Presentation of Findings Quiz

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  • Presentation of Findings Interactive Quiz
  • Studies Supporting Conclusions At the end of a systematic review, a meta-analysis is always done to synthesize results. Incorrect. Various types of heterogeneity in study data may preclude a quantitative synthesis (e.g., meta-analysis). Even studies meeting the same inclusion criteria can vary due to clinical heterogeneity (variation in the study population, interventions, and outcomes), methodological heterogeneity (variation in study design) or statistical heterogeneity (variation in observed treatment effect for trials). Correct. Data from heterogeneous studies are often synthesized by using tables (nonquantitative synthesis) instead of, or in addition to, a meta-analysis to capture underlying similarities that support conclusions.
  • Evidence Table When creating an evidence table, the reviewer combines information across multiple studies. Incorrect. When creating an evidence table, information on one study is collated and reported individually, although it is usually grouped into an organized format based on PICOTS (population, intervention, comparator, outcome, timing, and setting) elements. When creating a summary table, however, the reviewer combines information across multiple studies into one table. Correct.  When creating an evidence table, information on one study is collated and reported individually, although it is usually grouped into an organized format based on PICOTS elements. When creating a summary table, however, the reviewer combines information across multiple studies into one table. Incorporating multiple studies into a single table allows for entire subsets of the literature to be summarized and compared (e.g., by key question or study design).
  • Summary Tables Summary tables include general information but no results about studies. Incorrect. Summary tables can include information about study characteristics, but they may also include results. Correct. Summary tables combine data from multiple studies to illustrate trends in the data. They may be focused on describing study characteristics, results, or both. They can be designed to include characteristics of all studies included in the review or for subsets of studies.
  • Evidence Map An evidence map provides a graphical representation of a meta-analysis. Incorrect. Evidence maps are succinct graphical presentations of available studies to address key questions along one or more variables of interest. Results pertaining to outcomes are typically not included. Evidence maps can guide readers in knowing what comparisons and outcomes are available in the report. Correct. Evidence maps are succinct graphical presentations of available studies to address key questions along one or more variables of interest. Results pertaining to outcomes are typically not included. Evidence maps can guide readers in knowing what comparisons and outcomes are available in the report.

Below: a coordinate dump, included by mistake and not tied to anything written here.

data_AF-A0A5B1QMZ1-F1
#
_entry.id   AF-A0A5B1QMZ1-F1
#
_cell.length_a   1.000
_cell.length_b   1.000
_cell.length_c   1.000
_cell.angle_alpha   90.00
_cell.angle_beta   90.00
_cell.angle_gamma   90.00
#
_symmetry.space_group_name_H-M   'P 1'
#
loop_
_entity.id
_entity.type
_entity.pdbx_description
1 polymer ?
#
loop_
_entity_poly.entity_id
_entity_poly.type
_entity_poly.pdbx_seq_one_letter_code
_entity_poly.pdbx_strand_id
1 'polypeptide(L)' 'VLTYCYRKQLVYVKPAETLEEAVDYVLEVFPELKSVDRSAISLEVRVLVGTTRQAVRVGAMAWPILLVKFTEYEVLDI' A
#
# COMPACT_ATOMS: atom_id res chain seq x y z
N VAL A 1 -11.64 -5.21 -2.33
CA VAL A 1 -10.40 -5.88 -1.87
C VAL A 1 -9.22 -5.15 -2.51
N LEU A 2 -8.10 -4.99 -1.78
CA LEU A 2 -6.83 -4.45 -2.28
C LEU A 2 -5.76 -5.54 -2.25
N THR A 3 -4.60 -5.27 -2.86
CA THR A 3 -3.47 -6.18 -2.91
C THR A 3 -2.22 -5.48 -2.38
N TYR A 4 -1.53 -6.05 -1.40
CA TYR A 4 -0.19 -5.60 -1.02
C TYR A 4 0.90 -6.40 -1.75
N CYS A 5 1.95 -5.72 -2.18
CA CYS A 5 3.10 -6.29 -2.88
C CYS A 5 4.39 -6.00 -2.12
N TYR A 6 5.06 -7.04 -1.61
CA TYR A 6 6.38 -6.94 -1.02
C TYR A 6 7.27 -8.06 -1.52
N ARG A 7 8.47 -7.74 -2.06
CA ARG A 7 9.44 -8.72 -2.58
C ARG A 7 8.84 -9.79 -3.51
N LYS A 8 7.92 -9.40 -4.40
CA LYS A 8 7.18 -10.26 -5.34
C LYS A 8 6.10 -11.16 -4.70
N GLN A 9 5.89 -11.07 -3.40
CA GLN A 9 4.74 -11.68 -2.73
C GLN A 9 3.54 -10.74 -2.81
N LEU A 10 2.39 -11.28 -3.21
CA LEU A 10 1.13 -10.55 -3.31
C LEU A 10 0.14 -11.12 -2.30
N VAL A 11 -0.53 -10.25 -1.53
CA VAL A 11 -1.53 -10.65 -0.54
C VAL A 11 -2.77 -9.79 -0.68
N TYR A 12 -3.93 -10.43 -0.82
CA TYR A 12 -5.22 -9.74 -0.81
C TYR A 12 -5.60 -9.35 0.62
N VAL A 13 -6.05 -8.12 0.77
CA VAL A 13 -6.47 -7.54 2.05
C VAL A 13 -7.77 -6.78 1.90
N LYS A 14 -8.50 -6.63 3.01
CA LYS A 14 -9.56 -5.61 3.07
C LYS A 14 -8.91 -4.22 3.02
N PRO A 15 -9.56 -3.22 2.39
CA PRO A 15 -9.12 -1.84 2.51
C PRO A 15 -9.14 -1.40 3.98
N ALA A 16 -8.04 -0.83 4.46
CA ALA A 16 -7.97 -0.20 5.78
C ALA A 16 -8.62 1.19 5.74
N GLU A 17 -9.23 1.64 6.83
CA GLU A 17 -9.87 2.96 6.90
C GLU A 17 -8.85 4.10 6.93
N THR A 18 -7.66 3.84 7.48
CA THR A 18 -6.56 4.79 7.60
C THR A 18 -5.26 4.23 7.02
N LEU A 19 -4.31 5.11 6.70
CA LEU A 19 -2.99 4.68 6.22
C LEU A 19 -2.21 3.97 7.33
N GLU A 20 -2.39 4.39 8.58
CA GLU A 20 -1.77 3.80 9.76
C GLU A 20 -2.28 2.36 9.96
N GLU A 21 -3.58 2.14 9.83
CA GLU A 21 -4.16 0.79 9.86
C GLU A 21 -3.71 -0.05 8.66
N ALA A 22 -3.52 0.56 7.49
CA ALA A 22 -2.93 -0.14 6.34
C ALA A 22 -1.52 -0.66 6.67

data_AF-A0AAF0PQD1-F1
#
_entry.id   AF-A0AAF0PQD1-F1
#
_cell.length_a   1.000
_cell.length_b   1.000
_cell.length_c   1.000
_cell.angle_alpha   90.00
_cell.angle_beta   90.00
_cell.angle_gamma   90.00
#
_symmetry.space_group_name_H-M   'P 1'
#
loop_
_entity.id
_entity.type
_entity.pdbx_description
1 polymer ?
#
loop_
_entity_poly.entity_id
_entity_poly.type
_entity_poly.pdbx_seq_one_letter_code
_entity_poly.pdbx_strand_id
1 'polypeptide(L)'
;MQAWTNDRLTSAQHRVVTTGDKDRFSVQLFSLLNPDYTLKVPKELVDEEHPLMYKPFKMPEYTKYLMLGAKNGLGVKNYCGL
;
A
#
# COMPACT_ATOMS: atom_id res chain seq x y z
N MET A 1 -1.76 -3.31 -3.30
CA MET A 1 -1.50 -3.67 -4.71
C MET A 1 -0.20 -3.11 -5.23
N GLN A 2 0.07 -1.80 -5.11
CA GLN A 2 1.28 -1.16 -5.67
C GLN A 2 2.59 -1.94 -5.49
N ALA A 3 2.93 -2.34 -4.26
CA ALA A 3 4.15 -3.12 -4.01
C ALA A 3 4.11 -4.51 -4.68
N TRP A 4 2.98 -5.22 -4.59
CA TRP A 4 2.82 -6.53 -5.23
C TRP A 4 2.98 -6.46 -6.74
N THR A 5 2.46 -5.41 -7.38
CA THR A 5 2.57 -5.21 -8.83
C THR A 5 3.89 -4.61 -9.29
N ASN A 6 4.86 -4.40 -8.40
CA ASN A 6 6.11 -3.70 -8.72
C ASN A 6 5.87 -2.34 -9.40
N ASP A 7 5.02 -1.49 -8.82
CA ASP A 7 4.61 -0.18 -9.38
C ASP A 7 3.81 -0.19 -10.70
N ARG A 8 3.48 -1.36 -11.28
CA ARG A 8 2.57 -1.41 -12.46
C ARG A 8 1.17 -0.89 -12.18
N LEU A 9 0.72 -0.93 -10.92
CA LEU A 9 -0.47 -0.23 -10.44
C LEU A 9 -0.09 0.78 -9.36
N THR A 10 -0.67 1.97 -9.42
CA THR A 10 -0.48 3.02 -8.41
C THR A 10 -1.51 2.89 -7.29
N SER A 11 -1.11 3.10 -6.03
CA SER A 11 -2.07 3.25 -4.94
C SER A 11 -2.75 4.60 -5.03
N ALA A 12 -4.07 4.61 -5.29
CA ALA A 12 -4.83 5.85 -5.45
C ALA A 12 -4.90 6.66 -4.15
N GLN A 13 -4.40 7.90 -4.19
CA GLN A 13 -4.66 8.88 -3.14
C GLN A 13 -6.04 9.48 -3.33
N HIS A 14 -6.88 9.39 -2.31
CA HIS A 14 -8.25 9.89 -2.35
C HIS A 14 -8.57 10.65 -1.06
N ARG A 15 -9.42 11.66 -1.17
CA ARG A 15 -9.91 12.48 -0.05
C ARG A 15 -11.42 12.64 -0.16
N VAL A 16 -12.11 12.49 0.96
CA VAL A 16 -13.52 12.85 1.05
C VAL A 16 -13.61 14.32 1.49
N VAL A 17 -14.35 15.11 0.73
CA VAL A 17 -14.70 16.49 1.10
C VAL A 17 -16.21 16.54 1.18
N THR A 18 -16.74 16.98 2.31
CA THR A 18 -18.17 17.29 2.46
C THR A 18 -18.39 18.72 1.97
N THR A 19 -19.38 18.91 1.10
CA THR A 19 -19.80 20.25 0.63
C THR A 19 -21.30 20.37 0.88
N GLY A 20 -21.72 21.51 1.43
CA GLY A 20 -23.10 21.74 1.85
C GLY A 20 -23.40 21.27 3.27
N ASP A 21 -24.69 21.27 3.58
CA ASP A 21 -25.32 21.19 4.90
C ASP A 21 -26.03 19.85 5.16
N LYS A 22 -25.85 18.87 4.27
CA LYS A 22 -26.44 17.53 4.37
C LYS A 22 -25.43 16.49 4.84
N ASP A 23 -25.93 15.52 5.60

• Summary
  • Authors This interactive quiz augments the module on presentation of findings. This quiz was prepared by Melissa L. McPheeters, Ph.D., M.P.H., and Jeff Seroogy, B.S., members of the Vanderbilt University Evidence-based Practice Center, and Joseph Lau, M.D., and Thomas Trikalinos, M.D., Ph.D., members of the Tufts Medical Center Evidence-based Practice Center. The module is currently not included in Version 1.0 of the Methods Guide for Comparative Effectiveness Reviews (available at: http://www.effectivehealthcare.ahrq.gov/ehc/products/60/294/2009_0805_principles1.pdf).
  • Presentation of Findings Quiz

    1. 1. Presentation of Findings Interactive Quiz Prepared for: The Agency for Healthcare Research and Quality (AHRQ) Training Modules for Systematic Reviews Methods Guide www.ahrq.gov
    2. 2. <ul><li>At the end of a systematic review, a meta-analysis is always done to synthesize results. </li></ul><ul><li>True </li></ul><ul><li>False </li></ul>Studies Supporting Conclusions
    3. 3. <ul><ul><li>When creating an evidence table, the reviewer combines information across multiple studies. </li></ul></ul><ul><ul><li>True </li></ul></ul><ul><ul><li>False </li></ul></ul>Evidence Table
    4. 4. <ul><li>Summary tables include general information but no results about studies. </li></ul><ul><li>True </li></ul><ul><li>False </li></ul>Summary Table
    5. 5. <ul><li>An evidence map provides a graphical representation of a meta-analysis. </li></ul><ul><li>True </li></ul><ul><li>False </li></ul>Evidence Map
    6. 6. <ul><li>Data in systematic reviews are synthesized using tables (nonquantitative synthesis) instead of, or in addition to, a meta-analysis to capture underlying similarities that support conclusions. </li></ul><ul><ul><li>An evidence table collates and reports information from a single study.  </li></ul></ul><ul><ul><li>A summary table combines information across multiple studies. </li></ul></ul><ul><li>Proper table construction and thorough data abstraction are crucial if the results of a review are to be accurately conveyed. </li></ul><ul><li>Evidence maps provide a graphical representation of available studies and help readers compare report outcomes. </li></ul>Summary
    7. 7. <ul><li>This presentation was prepared by Melissa L. McPheeters, Ph.D., M.P.H., and Jeff Seroogy, B.S., members of the Vanderbilt University Evidence-based Practice Center, and Joseph Lau, M.D., and Thomas Trikalinos, M.D., Ph.D., members of the Tufts Medical Center Evidence-based Practice Center. </li></ul><ul><li>The information in this module is currently not included in Version 1.0 of the Methods Guide for Comparative Effectiveness Reviews (available at: http://www.effectivehealthcare.ahrq.gov/ehc/ products/60/294/2009_0805_principles1.pdf ). </li></ul>Authors

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